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Old 24-05-2012, 15:04   #1
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Fuel Funnel Screens Removing Water?

I ran my new diesel today for the first time, and had to lug a can of diesel down to the boat. I used a funnel with the built in screen, which I understand is supposed to remove any water. Direct from the pump at fuel station I slowly filled the can through the funnel, and also into the tank on the boat. I just has an inspection hatch installed in my on board fuel tank and had the tank cleaned, so I am keen to keep as much water out as possible.

My question - do these screens in the funnel actually do anything? It was not visually apparent to me. Appologies if this is a dumb question - but I don't want to waste my time for the next 20 years if I can just dump it in.
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Old 24-05-2012, 15:25   #2
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Re: Fuel Funnel screens removing water?

I don't know if there's a funnel that removes water, but I can't see how that would work unless you poured impracticably slowly.

Fine mesh fuel filter funnels like the "Baja" type keep out dirt and the larger particulates. Your Racor or Fram-style fuel filters in the engine space should capture any water, which you can drain off via a petcock.
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Old 24-05-2012, 15:41   #3
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Re: Fuel Funnel screens removing water?

Yes Baja filters and those filters with the screen do keep out water. There's a simple test. Just pour a cup of water in them and see if it drains through.
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Old 24-05-2012, 15:43   #4
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Re: Fuel Funnel screens removing water?

Isn't there some sort of a material, I seem to recall it was chamois-like in texture, thru which you poured the fuel.
It held the water, but allowed the hydrocarbon thru.
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Old 24-05-2012, 15:46   #5
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Re: Fuel Funnel screens removing water?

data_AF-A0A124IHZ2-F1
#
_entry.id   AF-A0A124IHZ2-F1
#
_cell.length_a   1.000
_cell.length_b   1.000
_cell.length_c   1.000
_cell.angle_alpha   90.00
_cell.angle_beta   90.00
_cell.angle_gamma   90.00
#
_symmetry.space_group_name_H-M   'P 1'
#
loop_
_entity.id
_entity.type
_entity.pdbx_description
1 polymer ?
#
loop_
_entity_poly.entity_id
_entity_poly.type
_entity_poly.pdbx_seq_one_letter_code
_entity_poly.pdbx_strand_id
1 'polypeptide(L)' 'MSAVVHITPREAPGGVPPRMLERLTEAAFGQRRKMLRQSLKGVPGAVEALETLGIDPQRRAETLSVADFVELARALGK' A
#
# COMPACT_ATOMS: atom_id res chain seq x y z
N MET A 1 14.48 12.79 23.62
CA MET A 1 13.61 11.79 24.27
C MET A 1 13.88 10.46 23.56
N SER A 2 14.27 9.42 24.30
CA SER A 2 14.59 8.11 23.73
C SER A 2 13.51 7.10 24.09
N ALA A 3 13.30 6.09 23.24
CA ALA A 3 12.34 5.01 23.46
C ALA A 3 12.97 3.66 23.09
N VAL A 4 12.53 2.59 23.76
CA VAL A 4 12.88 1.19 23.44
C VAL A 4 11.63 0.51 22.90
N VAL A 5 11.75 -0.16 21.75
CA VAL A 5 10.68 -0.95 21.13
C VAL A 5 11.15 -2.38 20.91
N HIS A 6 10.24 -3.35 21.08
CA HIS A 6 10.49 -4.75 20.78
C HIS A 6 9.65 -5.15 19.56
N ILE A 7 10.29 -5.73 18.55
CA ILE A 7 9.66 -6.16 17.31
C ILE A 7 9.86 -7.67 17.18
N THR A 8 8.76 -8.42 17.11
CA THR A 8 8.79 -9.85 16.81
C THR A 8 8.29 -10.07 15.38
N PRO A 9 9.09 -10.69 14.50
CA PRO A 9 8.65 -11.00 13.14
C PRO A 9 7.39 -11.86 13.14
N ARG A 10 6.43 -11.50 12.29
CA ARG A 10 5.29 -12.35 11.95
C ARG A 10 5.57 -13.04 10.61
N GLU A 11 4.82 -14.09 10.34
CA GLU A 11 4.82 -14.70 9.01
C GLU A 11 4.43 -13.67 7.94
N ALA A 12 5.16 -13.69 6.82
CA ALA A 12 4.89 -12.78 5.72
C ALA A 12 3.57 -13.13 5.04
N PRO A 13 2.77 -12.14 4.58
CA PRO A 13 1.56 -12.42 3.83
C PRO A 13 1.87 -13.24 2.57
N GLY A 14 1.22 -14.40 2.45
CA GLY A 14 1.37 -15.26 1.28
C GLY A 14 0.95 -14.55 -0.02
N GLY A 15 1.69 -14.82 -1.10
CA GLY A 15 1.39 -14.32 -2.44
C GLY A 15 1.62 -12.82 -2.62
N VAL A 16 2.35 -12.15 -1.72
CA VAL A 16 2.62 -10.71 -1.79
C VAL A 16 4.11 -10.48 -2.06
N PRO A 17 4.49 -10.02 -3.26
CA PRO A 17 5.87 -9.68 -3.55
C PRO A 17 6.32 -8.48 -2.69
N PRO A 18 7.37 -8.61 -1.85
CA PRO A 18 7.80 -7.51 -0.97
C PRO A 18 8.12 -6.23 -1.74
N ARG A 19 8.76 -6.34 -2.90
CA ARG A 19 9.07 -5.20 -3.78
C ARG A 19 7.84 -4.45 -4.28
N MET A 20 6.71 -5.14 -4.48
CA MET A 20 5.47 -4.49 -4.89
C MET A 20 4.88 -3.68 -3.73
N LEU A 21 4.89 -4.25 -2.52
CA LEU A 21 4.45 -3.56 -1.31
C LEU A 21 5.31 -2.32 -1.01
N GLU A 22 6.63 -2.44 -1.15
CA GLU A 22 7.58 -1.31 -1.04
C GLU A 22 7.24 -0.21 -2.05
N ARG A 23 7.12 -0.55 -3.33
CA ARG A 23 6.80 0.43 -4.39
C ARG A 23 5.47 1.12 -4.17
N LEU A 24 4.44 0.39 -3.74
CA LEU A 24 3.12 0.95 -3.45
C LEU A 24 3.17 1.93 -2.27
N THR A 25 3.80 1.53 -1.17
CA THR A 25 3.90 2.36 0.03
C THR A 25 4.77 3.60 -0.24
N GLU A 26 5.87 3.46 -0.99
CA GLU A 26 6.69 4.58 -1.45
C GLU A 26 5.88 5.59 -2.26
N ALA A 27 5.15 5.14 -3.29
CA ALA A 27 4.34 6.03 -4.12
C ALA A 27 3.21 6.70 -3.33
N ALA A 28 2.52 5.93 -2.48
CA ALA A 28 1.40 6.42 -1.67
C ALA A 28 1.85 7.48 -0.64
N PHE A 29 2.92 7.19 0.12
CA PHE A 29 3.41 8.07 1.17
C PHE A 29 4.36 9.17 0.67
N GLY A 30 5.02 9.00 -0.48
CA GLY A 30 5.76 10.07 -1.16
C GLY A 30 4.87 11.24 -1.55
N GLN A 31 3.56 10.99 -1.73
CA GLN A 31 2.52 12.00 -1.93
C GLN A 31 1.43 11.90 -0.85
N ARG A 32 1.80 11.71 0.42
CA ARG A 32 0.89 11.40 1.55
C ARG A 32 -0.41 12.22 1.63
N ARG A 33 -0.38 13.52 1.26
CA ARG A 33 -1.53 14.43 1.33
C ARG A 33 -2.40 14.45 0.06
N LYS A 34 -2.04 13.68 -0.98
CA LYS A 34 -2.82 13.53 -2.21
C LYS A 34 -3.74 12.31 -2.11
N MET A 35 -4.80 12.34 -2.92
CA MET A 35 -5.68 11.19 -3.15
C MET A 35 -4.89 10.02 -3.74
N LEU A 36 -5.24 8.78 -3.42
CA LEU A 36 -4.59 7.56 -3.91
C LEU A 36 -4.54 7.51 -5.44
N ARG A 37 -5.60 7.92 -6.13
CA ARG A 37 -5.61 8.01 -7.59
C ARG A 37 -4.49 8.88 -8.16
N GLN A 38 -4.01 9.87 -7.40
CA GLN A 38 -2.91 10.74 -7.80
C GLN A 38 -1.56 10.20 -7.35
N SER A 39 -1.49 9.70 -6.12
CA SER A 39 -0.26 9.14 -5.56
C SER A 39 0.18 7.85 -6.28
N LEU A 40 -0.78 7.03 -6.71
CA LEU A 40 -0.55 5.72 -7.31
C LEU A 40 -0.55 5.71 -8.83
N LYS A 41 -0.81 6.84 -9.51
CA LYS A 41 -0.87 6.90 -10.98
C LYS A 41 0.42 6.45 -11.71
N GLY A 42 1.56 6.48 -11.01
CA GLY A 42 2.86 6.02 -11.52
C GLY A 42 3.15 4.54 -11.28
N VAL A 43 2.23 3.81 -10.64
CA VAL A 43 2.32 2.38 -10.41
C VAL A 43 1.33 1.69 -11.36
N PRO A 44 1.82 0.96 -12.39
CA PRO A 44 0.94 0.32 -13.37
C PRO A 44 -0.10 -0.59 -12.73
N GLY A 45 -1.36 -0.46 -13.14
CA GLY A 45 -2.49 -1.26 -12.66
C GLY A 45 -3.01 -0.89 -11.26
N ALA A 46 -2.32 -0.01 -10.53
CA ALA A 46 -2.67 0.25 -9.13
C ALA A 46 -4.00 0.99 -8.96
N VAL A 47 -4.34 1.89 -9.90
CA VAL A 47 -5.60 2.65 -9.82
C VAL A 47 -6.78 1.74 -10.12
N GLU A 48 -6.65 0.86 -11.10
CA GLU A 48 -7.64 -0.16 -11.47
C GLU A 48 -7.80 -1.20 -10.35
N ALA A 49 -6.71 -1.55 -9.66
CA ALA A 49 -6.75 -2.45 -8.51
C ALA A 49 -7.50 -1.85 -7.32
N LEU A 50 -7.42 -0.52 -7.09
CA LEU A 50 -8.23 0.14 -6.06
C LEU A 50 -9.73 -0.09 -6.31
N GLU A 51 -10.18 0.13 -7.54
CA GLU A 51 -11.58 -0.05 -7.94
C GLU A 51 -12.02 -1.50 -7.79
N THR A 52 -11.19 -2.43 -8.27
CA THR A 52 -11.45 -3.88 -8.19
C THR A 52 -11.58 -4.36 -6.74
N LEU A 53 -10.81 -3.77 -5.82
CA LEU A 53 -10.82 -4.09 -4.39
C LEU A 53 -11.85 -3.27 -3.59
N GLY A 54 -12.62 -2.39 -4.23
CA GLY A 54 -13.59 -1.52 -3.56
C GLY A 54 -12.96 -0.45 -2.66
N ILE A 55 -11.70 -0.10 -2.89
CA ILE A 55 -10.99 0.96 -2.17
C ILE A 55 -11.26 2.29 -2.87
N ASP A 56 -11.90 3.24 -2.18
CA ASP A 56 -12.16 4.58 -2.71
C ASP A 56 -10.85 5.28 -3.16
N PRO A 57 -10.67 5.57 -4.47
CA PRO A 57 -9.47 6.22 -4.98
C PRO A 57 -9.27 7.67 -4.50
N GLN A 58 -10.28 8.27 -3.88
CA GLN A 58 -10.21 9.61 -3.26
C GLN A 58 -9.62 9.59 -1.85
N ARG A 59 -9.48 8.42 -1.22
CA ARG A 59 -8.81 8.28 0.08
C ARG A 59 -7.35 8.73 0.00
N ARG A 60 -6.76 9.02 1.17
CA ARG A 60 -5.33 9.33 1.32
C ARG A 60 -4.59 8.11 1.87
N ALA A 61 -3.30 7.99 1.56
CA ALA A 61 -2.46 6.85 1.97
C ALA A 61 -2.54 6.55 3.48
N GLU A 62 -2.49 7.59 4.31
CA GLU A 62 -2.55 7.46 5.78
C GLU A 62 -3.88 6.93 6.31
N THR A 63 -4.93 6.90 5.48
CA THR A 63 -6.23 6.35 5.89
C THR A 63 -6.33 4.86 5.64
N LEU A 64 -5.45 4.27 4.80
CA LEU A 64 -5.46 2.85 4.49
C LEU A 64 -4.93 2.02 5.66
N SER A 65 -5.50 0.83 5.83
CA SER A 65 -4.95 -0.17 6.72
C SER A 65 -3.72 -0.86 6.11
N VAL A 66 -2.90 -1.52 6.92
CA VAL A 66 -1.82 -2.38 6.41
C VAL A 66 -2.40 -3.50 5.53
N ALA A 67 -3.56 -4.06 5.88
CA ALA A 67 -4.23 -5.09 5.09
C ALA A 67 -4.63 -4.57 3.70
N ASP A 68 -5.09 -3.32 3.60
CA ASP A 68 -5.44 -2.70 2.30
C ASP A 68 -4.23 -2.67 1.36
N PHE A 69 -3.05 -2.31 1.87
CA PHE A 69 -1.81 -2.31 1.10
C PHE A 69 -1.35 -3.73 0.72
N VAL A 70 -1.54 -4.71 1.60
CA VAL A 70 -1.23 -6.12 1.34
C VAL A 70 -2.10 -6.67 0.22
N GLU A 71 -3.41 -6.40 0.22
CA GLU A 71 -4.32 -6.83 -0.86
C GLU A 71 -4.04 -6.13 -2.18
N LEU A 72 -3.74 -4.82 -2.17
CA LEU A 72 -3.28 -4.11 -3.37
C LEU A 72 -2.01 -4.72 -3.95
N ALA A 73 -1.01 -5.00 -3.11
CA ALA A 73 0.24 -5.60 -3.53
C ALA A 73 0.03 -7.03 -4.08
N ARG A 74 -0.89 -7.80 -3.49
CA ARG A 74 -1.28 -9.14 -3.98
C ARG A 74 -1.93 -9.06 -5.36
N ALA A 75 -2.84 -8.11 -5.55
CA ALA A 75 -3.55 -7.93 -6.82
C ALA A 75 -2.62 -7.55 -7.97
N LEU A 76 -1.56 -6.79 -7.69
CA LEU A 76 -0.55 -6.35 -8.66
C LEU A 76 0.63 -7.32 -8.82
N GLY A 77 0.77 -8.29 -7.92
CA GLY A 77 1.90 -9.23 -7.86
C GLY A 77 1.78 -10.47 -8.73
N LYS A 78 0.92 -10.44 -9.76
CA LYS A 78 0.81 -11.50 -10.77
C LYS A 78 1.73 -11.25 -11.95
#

When it comes to an expensive Diesel, I would not trust anything other than a real water trap that come built into fuel filter systems. Why risk ruining your Diesels fuel system with something like that?
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Old 24-05-2012, 15:55   #6
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Re: Fuel Funnel screens removing water?

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Yes Baja filters and those filters with the screen do keep out water. There's a simple test. Just pour a cup of water in them and see if it drains through.

Agreed! Baja filters are good for particulates as well as preventing water. The water will not pass through, so if your source has a lot of water in it, the fuel floats on it, and eventually will not pass either. This water / diesel mix has to be poured off into a waste container, then you look for another source.

Marinas hate these filters, because they're so slow. What we do is fill our two 5 gal jugs, and either take off with that in reserve, or move to the far end of the fuel dock to filter the fuel into our boat's tanks. It is easier to pour slowly from a jug, than pump it slowly. Fuel pumps also foam up the fuel, making the filter even SLOWER!

The next challenge is keeping water from forming in the tanks, by keeping them both treated AND full in the off season.

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Old 24-05-2012, 15:59   #7
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Re: Fuel Funnel screens removing water?

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Old 24-05-2012, 16:02   #8
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Re: Fuel Funnel screens removing water?

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Originally Posted by David M View Post
When it comes to an expensive Diesel, I would not trust anything other than a real water trap that come built into fuel filter systems. Why risk ruining your Diesels fuel system with something like that?
These are of coarse required as well, and standard on all boats. The thing is that the engine will shut down when the water fills the small bowl, and unless you inspect it every few hours, you never know when. If they held say, 5 gallons of water, VS half a pint, THEN you would not need as much "prior knowledge" about your fuel's water content.

The advantage of Baja filtering the fuel going in, is that you know BEFORE filling your tanks, that this is a bad source, AND it makes the primary as well as secondary engine filters last about 10X as long!

For power boaters, getting 500 gallons, a Baja filter is just too slow, but for sailors getting 25, they do the trick.

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Old 24-05-2012, 16:03   #9
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Re: Fuel Funnel screens removing water?